Tuesday, July 2, 2024

Bill Cobbs: That Thing He Did!

We all know who the big stars are, even if we haven’t always seen their movies. Their faces are on movie posters and magazine covers; their names are embedded on the Hollywood Walk of Fame, and their footprints decorate the forecourt of the Chinese Theater on Hollywood Blvd. Long after they’re dead and buried, we still talk about Elizabeth Taylor and Marlon Brando and Marilyn Monroe. Their bodies may not have survived, but their reputations certainly live on and on. Greta Garbo’s career was before my time, but her image remains in my memory banks. Such is the power of movies.

 Most working actors in Hollywood don’t achieve that kind of celebrity. Even those who land fairly steady paychecks for their film and TV roles can expect to remain unknown to the public at large. I remember once interviewing a wonderful actor named René Auberjonois in his lovely Windsor Square home, complete with a verdant garden and a yoga hut. I’d delighted in seeing him many times in local theatre productions, usually playing lead characters who were charming and flamboyant. My interview with him, for the Los Angeles Music Center’s program magazine, of course emphasized his stage roles. But stage stardom is a sometime thing, and can’t often support a cushy lifestyle. Auberjonois mentioned to me in passing that he was lucky indeed: his looks and skill-set were in great demand in Hollywood, and he was paid handsomely to take colorful character parts. Examples: he was Father Mulcahy in the original Robert Altman film version of M*A*S*H, and had small but significant roles in both Star Trek VI and The Princess Diaries. He was also featured on television, and  did a great deal of voice work for animated films, TV, and video games. A household name? Hardly. But a very comfortable life indeed. When he passed away in 2019 at age 79, there were small tributes in the press.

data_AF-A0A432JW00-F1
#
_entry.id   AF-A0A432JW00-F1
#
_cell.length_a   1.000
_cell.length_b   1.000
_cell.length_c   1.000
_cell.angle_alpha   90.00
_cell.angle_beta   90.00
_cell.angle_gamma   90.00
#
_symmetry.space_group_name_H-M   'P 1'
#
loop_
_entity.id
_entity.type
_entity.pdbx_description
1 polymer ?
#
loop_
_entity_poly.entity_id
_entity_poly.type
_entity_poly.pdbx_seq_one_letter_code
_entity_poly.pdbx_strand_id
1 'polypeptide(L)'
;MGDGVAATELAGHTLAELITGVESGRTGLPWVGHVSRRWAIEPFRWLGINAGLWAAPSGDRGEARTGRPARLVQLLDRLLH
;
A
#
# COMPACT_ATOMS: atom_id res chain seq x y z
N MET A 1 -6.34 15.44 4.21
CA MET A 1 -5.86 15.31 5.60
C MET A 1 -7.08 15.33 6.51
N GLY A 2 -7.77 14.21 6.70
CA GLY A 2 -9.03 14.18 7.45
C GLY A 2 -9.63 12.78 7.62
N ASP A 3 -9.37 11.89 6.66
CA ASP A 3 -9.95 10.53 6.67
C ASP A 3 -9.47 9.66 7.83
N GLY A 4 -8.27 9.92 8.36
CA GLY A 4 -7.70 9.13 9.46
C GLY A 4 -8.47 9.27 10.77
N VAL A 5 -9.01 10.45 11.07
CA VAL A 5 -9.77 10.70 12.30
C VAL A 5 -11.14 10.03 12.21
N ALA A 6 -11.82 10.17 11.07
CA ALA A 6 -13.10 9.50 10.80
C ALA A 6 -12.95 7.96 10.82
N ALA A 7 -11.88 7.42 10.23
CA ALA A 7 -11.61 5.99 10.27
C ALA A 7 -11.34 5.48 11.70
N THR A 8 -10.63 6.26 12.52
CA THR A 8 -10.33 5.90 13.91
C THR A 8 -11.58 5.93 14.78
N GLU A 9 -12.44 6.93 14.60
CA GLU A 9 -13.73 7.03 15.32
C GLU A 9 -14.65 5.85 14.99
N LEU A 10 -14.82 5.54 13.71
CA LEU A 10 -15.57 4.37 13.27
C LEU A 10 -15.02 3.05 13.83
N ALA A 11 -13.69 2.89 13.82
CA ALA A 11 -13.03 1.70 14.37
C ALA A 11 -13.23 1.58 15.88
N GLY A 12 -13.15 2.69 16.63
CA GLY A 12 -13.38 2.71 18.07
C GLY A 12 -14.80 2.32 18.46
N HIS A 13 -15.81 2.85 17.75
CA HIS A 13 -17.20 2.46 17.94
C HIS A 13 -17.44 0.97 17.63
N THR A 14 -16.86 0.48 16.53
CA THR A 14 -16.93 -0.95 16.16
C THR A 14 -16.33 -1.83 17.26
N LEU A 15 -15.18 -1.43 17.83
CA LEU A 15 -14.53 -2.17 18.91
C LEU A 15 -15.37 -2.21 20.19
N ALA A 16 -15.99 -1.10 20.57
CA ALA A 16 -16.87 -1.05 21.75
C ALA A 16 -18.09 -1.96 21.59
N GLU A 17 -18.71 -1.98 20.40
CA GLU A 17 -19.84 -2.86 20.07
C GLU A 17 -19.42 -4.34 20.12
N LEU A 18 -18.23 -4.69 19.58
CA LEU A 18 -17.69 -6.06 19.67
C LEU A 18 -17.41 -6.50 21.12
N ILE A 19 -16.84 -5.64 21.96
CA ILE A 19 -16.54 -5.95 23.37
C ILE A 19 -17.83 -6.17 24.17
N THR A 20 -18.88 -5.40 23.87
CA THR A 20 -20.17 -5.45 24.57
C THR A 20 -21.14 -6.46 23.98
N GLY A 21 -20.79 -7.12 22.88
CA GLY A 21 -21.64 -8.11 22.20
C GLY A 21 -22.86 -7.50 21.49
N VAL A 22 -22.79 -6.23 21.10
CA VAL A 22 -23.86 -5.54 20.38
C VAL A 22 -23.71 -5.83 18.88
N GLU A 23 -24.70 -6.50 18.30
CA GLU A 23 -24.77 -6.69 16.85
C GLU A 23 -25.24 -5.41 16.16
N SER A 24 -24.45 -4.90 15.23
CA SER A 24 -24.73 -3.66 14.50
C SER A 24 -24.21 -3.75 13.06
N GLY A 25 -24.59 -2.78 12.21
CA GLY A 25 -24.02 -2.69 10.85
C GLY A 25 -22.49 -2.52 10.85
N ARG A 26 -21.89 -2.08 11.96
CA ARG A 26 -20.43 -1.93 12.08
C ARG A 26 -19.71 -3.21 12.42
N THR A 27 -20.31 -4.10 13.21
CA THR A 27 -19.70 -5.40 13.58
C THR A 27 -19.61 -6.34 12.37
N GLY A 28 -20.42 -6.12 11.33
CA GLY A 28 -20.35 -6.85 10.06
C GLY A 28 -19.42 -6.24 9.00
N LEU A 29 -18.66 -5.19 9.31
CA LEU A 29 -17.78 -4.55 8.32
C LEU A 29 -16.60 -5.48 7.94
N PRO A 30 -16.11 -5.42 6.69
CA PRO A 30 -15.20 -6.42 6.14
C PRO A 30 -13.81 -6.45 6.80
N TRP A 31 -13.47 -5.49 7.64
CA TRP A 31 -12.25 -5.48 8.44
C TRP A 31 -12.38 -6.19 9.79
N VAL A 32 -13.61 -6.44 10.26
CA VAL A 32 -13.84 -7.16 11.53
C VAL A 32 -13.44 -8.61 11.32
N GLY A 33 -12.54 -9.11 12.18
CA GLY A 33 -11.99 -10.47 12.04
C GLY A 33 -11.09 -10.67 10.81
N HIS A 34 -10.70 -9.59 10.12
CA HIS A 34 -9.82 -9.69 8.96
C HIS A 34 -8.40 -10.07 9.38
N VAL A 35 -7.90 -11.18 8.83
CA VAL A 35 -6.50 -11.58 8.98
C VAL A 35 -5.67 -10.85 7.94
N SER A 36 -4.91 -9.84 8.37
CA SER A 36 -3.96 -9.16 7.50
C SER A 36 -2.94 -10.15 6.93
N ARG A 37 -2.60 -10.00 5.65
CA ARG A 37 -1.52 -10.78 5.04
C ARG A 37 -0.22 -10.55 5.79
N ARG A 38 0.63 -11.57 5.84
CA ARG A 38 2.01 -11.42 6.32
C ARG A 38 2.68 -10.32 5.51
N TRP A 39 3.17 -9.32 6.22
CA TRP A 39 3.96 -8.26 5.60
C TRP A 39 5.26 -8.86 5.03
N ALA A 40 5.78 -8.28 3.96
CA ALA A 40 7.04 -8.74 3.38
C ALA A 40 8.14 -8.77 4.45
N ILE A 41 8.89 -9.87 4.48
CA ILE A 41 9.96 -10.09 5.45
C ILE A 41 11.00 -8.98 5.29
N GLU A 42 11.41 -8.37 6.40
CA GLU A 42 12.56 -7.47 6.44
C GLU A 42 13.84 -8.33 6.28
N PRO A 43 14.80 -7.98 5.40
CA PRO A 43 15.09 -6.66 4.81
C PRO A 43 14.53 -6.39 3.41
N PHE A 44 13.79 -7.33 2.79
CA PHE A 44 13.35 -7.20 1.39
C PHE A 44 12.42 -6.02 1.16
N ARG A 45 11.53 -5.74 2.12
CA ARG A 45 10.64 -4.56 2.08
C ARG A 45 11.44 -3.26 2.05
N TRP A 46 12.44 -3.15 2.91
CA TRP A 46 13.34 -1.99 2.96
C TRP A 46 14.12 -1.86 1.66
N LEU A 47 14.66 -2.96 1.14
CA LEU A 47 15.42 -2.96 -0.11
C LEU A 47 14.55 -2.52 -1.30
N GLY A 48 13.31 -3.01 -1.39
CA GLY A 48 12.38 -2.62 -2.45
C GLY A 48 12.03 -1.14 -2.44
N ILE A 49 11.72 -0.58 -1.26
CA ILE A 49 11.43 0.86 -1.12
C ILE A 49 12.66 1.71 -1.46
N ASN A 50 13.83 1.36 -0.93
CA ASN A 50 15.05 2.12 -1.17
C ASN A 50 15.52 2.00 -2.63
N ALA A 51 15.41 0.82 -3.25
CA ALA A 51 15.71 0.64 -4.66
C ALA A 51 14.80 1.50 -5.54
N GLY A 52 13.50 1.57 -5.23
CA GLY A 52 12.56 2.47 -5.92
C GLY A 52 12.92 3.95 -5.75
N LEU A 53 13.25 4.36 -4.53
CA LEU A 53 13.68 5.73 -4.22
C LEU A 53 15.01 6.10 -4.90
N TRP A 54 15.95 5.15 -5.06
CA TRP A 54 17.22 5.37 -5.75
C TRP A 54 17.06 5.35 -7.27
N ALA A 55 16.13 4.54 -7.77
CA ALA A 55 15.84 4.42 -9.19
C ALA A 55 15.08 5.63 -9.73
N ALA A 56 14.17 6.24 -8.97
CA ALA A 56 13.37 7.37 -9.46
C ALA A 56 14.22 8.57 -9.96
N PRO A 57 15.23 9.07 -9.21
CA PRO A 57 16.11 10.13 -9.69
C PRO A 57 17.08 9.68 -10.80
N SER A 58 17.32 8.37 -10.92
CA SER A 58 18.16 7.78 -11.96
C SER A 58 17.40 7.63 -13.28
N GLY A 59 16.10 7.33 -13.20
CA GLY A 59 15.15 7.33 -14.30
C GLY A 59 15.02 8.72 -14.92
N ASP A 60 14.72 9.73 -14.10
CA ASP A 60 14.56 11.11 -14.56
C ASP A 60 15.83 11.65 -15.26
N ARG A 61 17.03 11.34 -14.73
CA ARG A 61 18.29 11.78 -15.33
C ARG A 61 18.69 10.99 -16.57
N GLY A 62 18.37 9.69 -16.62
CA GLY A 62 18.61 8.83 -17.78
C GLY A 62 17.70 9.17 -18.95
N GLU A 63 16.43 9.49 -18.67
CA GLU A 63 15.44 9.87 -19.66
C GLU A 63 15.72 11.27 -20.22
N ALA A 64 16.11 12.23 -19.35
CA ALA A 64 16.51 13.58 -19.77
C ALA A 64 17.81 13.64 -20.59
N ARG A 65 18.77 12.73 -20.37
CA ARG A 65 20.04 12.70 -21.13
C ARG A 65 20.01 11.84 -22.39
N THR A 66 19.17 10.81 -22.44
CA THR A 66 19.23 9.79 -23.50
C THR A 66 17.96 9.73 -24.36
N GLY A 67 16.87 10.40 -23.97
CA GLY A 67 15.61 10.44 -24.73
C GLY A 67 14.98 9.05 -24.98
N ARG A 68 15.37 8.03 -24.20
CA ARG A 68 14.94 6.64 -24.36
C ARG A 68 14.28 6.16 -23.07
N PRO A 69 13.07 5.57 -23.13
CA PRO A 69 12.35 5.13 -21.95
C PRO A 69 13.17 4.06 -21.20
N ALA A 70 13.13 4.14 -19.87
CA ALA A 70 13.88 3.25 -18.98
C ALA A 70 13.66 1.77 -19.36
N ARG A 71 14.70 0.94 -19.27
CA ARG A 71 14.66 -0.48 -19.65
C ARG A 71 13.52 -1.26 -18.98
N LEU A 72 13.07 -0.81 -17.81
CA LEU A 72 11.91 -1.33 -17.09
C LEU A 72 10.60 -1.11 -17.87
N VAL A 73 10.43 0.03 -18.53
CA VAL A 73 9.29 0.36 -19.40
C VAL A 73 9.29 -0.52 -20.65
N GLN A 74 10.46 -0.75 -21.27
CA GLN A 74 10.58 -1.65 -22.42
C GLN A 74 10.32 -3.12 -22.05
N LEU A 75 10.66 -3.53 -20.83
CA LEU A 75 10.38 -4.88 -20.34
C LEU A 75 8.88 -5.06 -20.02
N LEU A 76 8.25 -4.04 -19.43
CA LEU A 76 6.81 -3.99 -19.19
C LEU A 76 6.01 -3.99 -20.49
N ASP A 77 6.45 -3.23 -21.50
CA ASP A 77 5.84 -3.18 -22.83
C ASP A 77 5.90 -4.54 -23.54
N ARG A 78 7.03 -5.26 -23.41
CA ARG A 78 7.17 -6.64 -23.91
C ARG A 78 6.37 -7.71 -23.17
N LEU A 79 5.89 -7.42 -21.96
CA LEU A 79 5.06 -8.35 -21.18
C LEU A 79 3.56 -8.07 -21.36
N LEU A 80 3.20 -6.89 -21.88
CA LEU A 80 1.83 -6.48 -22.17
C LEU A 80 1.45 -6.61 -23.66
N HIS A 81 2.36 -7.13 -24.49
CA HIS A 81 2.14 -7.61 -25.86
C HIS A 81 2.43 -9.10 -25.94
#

Another of those great journeyman actors has just reached the end of the line. Bill Cobbs made it to 90, still active through 2022. His film roles were sometimes modest, ranging from Man on Platform in The Taking of Pelham One Two Three (1974) to Man in Lunchroom in Silkwood (1983). Happily, his parts gradually got larger. He had a significant presence as Moses, the clock expert, in the Coen brothers’ screwball The Hudsucker Proxy, and played a sneaky security guard  in the first Night at the Museum (2006).

I cherish his performance in the first film Tom Hanks ever wrote and directed, That Thing You Do! (1996). The light-hearted story, set in the rock ‘n roll Sixties, is about four young amateur musicians who record an original pop song that unexpectedly tops the charts nationwide. Hanks gives himself the role of the A&R record exec who spots the quartet. The Wonders (as in “one-hit wonders”) seem poised for genuine stardom until—inevitably—their very different goals pull them apart. The four nicely-cast musicians are Johnathon Schaech as the ambitious lead singer, Ethan Embry as the naïve bass player who’d rather be a Marine, Steve Zahn as the stoner lead guitarist, and Tom Everett Scott (a young Hanks lookalike) as the drummer who has a deep-seated love of music. It is Scott’s character who, late in the film, happens upon a legendary jazz pianist, someone who reinforces his true passion for great musicianship. The film’s climax is their impromptu jazz duet, one that reminds young Guy of what he truly values in life. This is a small role for Cobbs, but a deeply appealing one. Bill Cobbs will be missed.


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